We did not get around to discussing his impressions of the country, in general, and Purvanchal, in particular. Instead, my mentor extended his condolences on Shiva’s death. Although the brothers were not known to be close, I did witness Vidia getting very emotional. He declared that Shiva was the brightest of all the siblings and it was so very sad that such a promising life had been cut short so young. I learned that one of his sisters had studied at the Benares Hindu University and could converse in fluent Hindi; Vidia could not, although he did come up with some very endearing Purvanchal expressions like‘baklol’. On learning of my Oxford connection, he expressed delight and indicated that we must meet up again for a longer conversation. As I have stated, I had read Vidia’s works and while I was appreciative of his flowing prose, he was nowhere close to the celebrity he was to become decades later. An opportunity to interact with him on a one to one basis was too good to miss.
We next met in the dining room of the Royal Society of Medicine, where I had invited him. And that was one when I began to identify his countless quirks and idiosyncrasies, which effortlessly came to the fore and which many with good reason found very offputting. His gruff exterior and tactless twattle made a very poor first impression to almost everyone, who interacted with him on an individual level. He was an unashamed practitioner of exeleutherostomisation!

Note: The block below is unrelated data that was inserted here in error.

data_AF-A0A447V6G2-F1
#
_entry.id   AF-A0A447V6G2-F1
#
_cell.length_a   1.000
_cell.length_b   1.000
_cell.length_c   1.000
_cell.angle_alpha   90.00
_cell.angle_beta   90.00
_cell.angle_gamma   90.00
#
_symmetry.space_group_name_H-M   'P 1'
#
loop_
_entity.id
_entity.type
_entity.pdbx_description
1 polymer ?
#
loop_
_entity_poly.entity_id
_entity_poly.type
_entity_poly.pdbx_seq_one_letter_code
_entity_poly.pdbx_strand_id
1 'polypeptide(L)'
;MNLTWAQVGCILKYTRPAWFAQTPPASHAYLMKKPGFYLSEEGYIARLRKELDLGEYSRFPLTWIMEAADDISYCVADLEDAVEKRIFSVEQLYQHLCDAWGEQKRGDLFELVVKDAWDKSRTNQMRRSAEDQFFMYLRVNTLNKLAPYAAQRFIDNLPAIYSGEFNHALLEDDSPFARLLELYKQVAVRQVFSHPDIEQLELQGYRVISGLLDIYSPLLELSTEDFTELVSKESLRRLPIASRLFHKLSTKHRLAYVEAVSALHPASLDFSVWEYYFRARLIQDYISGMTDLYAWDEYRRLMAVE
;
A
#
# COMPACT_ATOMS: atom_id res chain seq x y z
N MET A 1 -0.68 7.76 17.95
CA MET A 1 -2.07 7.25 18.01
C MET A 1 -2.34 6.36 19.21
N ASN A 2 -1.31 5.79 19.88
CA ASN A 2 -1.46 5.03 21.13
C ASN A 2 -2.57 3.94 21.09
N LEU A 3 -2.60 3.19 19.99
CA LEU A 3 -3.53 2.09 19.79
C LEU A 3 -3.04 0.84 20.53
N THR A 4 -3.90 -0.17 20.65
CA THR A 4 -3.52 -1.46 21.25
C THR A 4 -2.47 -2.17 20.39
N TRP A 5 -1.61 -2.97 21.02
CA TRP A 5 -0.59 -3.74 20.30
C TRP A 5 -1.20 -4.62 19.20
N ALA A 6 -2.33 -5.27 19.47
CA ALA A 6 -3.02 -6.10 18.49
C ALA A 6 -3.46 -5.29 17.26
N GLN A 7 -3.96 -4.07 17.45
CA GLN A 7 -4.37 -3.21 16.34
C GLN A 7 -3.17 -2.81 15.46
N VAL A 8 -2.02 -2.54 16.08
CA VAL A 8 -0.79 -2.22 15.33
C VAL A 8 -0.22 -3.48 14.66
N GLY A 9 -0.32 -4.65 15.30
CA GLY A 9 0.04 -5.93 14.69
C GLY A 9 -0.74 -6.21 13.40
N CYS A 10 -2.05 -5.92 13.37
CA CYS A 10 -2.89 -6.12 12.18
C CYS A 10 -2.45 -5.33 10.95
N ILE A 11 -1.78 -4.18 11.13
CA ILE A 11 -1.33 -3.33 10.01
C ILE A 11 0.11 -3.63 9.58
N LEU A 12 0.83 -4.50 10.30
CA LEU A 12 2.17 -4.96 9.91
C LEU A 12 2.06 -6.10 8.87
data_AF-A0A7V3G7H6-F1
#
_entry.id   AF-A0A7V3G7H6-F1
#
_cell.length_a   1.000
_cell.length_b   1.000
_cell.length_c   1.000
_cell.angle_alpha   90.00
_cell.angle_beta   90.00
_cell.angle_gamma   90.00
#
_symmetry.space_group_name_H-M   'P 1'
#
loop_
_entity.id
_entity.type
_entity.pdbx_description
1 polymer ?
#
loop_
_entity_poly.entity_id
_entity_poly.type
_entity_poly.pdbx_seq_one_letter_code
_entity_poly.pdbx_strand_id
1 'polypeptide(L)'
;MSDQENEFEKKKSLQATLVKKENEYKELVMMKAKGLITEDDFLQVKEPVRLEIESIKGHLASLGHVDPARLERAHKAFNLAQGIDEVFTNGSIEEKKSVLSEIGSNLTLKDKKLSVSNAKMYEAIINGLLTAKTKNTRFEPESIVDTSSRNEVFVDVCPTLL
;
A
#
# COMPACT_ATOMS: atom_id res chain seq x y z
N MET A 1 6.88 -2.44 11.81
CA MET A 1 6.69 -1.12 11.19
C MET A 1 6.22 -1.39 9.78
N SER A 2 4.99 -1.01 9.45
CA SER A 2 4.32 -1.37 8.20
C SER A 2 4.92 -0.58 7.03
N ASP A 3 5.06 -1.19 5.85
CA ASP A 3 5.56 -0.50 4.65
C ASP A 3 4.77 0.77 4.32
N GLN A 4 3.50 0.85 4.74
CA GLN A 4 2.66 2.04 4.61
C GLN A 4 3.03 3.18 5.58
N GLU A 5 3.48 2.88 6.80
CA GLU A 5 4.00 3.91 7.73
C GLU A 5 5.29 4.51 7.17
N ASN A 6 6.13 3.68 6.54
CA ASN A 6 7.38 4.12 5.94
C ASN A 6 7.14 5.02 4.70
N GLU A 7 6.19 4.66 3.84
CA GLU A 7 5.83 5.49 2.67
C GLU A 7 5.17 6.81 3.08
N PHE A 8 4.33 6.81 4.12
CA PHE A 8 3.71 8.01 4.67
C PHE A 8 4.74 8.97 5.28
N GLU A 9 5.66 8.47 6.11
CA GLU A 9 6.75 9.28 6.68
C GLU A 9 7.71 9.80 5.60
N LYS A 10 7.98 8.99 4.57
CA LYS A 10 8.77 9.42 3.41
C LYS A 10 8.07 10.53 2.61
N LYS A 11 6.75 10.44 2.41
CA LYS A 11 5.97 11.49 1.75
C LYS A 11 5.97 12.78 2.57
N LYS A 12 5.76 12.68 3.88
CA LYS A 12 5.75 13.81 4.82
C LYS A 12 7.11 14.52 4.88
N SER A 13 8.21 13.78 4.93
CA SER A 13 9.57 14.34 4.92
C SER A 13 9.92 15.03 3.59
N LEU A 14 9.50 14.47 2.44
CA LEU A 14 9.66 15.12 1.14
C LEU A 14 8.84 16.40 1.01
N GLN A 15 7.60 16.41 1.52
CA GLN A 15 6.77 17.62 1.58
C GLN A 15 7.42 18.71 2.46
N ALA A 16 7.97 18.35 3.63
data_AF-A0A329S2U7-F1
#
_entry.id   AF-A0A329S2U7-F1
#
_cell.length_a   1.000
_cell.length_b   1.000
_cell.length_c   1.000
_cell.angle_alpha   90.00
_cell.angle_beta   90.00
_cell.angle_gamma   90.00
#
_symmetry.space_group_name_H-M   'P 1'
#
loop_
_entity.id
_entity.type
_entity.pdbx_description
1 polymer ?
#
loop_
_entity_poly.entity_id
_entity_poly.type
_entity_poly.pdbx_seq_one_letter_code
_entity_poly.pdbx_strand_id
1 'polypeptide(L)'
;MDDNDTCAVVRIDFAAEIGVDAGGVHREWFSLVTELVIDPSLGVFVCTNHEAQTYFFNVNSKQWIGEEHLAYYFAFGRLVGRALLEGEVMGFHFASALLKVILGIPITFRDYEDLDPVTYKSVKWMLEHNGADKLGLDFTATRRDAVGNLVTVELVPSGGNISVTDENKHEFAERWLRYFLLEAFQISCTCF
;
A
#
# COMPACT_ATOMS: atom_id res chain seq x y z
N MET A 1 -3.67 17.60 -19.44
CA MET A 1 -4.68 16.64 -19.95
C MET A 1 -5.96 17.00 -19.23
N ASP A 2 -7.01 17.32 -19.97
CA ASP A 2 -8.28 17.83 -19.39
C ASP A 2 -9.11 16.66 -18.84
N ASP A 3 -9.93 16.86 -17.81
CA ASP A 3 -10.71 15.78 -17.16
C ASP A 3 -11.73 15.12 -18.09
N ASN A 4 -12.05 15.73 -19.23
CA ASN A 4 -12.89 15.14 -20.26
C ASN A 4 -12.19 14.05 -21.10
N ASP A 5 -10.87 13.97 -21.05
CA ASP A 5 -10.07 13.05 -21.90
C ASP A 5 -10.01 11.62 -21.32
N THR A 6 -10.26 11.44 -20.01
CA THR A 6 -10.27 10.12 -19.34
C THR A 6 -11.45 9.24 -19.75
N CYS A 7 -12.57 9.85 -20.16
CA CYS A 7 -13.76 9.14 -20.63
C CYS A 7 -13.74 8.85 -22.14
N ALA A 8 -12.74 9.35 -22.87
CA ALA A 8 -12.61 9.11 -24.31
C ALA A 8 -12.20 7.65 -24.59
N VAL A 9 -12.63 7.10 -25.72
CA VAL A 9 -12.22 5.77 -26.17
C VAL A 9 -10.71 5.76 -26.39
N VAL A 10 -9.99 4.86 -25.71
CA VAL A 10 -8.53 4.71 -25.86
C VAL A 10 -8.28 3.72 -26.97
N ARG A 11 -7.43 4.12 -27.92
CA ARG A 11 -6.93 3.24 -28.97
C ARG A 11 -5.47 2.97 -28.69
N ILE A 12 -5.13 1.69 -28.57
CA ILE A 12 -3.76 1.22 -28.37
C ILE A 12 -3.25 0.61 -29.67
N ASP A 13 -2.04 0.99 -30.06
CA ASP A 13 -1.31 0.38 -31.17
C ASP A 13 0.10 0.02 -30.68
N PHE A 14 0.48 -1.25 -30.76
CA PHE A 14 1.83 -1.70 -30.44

Luckily, I had noticed that trait in one of my first mentors Professor Max Hamilton and had realised that people who presented themselves in this manner needed prodding and very often revealed a different facet of their personality, which was amazingly positive and charming.
That is how I came to realise that the general impression that he generated was only a small facet of his personality. A typical instance was his perceived anti-Indianism which frequently brought the wrath of many. It emerged that he cared very deeply for the land of his forebears but was deeply frustrated over the self-defeating customs, which did not permit India to attain its full and rightful potential. I remember him remarking that an India inevitably succeeded in every sphere when he was out of India even in the most difficult vocations but more often than not flopped within India. This was in direct contrast to the British, who always needed the protection of British ambiance either within Britain or elsewhere. His remark to the best of my recollection was – “A British would not be able to succeed outside Britain one-tenth as much as an Indian would outside.” This he attributed entirely to the commitment to uphold the self-defeating customs. He identified caste system as one of the prime evils that bedevil the world today and just could not understand why Indians with all the exposure in the West and the very best education were not able to shake off this unhealthy practice. He always maintained that if Indians could succeed in this, its success would be truly stratospheric. He always believed that the Indian commitment to dynastic hierarchy was a direct consequence of the evil caste system. He pointed out the struggle he had to put up with his views in his native Trinidad as his family itself being priests were beneficiaries of the caste system.